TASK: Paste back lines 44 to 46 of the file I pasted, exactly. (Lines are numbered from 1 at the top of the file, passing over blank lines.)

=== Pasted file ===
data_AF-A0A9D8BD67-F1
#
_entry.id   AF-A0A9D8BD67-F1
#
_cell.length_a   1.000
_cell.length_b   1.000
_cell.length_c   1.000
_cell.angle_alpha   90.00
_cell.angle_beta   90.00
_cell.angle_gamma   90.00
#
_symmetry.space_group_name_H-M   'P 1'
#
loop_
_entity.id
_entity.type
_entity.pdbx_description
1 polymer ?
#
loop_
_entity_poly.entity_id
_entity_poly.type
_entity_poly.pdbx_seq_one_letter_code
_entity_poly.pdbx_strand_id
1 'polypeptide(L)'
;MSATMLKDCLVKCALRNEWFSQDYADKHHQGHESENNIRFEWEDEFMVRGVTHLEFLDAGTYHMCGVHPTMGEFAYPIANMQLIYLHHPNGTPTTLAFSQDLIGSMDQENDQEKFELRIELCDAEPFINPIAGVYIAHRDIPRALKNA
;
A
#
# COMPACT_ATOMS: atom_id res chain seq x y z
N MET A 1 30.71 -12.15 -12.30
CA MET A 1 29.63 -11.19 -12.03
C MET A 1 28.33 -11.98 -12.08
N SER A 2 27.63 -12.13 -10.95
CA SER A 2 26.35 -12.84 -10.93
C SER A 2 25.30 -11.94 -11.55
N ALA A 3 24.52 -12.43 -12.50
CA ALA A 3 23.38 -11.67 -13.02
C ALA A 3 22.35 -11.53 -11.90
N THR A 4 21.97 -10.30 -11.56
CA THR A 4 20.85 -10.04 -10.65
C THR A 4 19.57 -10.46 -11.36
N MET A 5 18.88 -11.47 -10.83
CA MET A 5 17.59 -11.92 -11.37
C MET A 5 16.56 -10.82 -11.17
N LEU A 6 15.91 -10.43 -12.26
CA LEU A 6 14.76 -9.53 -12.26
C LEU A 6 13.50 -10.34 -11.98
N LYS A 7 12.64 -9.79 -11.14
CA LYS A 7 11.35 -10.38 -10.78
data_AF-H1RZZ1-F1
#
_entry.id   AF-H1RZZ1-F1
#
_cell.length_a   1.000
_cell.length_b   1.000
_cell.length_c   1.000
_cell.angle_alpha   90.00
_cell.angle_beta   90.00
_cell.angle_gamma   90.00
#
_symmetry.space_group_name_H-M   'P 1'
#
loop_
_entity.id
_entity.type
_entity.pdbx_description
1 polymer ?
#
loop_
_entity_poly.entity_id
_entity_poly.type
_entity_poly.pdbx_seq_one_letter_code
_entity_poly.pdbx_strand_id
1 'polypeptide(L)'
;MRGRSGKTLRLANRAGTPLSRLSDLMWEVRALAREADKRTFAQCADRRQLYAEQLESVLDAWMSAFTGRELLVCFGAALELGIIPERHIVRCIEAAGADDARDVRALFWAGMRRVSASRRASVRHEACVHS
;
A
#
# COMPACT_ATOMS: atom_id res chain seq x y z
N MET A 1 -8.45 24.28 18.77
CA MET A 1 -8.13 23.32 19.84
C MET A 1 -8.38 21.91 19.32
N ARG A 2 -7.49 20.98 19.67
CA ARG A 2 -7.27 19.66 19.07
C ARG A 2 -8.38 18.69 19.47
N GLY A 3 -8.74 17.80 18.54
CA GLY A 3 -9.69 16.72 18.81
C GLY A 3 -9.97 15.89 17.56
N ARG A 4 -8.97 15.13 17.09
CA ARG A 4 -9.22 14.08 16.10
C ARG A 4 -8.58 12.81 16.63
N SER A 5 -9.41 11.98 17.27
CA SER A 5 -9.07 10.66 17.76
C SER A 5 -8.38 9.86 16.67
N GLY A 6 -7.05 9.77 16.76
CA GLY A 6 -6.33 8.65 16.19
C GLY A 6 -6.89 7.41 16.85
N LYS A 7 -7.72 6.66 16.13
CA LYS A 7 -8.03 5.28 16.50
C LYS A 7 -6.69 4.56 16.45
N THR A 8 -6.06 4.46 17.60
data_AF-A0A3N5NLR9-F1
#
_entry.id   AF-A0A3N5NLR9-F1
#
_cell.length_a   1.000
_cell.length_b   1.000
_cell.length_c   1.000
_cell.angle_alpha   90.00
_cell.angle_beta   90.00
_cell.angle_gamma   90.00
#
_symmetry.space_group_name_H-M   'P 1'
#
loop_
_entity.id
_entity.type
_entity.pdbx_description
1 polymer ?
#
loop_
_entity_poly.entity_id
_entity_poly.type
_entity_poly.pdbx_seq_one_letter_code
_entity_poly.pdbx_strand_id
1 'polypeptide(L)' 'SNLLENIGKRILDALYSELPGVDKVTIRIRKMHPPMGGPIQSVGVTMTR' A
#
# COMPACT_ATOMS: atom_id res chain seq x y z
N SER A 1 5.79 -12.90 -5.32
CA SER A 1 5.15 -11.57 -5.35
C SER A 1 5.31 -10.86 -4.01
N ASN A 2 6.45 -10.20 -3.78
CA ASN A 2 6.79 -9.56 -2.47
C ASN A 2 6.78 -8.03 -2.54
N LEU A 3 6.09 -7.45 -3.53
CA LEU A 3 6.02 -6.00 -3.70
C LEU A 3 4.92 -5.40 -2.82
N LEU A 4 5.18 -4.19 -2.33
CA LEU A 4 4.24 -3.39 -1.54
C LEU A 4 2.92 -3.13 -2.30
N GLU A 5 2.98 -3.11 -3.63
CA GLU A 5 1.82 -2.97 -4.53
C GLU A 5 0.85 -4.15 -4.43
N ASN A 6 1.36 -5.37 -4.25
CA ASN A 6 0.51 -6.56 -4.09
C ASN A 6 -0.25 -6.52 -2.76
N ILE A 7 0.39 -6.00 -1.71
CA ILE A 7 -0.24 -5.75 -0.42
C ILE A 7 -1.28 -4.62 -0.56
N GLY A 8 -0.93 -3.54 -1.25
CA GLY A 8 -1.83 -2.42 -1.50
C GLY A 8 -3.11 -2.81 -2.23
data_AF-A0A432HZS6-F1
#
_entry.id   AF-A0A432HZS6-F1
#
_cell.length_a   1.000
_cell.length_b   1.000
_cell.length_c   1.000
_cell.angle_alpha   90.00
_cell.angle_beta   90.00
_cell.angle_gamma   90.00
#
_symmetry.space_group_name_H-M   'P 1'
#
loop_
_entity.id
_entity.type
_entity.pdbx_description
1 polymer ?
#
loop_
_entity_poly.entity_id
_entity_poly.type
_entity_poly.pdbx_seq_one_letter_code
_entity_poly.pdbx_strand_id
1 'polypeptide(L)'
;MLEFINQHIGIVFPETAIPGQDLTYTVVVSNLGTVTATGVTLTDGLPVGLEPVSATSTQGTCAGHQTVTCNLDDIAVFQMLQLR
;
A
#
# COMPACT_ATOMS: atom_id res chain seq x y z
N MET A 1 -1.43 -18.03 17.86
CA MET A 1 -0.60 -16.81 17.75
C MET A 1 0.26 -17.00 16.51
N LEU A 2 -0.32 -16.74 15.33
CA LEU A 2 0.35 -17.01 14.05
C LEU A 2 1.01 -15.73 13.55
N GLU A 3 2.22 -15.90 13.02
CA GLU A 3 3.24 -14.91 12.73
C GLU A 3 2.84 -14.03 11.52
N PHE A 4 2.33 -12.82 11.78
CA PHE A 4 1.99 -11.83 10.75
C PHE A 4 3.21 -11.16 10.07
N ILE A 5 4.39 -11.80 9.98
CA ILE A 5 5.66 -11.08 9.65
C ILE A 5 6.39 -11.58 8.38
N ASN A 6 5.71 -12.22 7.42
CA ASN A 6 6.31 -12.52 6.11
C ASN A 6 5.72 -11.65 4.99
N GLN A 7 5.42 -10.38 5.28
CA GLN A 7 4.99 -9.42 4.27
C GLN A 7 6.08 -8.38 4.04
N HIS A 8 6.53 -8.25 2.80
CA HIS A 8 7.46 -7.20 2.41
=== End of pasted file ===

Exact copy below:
CA MET A 5 17.59 -11.92 -11.37
C MET A 5 16.56 -10.82 -11.17
N LEU A 6 15.91 -10.43 -12.26